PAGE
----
The Gap Between “Us” and “Them”

Find a Job

Rick McCarten

There is a significant gap in Canada between employers and potential talent. As an industry, we need to do more than simply acknowledge the gap; industry leaders need to take responsibility for reducing the gap, igniting the passions and shaping the talent into a strong and effective workforce.How can we best make a change to shrink this gap?By changing ourselves.

I can’t tell you how many times I have heard electrical manufacturer and distributor members say they are finding it increasingly more difficult to find and keep young talent. Jobs are remaining vacant for six months because there is no one to fill them.Electro-Federation Canada (EFC) held a session last August to determine our association’s strategies,and the number one objective identified was the need to attract talent to our industry.

The following day I was listening to CBC Radio, which had a segment on youth unemployment. Never in the history of this country are there so many unemployed and underemployed youth as right now. 

How can this be? How can we not find talent —and how can talent not find us?

Have we created a society that is so misaligned that we are pumping out square-pegged students who are unable to fit into available rounded jobs? Have we raised a herd of misfits across the country that just can’t fit into the current work structure or have any interest in holding down a job—the kind of jobs we need them to help fill?

The gap between “us” and “them” appears to be enormous. Why else are there so many vacant jobs and so large a number of unemployed youth occurring at the same time?

The gap between employer and potential employees reminds me of the gap between married couples who are going through a rough spell. Anyone who has been involved in this process (or anyone who has been married for that matter!) will attest to the first thing that couples say the other person has to improve: “If only he/she would appreciate the pressure I am having at work,” or “If only he/she would be a little more considerate about the amount of work needed to keep the house and kids running smoothly.”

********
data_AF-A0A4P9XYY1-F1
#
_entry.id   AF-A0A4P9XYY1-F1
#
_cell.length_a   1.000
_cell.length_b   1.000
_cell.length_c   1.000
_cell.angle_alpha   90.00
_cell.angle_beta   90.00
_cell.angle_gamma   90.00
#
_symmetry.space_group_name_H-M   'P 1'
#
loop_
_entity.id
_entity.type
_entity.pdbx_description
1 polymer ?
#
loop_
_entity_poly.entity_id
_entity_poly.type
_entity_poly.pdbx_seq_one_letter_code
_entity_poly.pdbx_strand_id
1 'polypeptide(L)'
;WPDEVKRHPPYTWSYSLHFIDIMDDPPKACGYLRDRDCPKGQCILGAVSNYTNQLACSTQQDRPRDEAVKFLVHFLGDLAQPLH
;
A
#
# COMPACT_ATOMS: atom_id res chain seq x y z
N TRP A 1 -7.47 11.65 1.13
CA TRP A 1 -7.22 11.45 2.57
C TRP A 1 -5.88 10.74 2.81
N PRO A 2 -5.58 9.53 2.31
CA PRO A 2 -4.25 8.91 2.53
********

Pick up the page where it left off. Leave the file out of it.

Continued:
Most social workers will tell you that in any relationship, the only person you can ever hope to change is yourself.This dilemma is no different than in our current talent search challenge. We can’t change the youth of today. We can’t point out their mistakes, or advise them on how to improve their behaviour. All we can do is change ourselves and the approach we need to take to better attract them, to keep them engaged and to help them grow their capacity to fill the jobs we require. 

Whether it is our fault or not, we are the only ones who can make it change. And that means taking your company and adapting it to the new direction that will reduce the gap. 

This year,EFC has set extensive research to arrive at key factors to accomplish just that. We are looking at both young talent and at our own industry to develop a playbook of our strengths and weaknesses with talent acquisition. We will provide a perspective analysis on our attitudes and those of millennials’, as well as key areas that we as an industry and you as an employer need to do to attract, train and retain talent.

Their search findings will be presented and distribute dat this year’s EFC conference in late May and available to any member across Canada during the first week of June. Stay tuned to—what will be—incredible insight on how our industry can band together to minimize the gap.


Rick McCarten is is VP, Electrical Council, Electro-Federation Canada.


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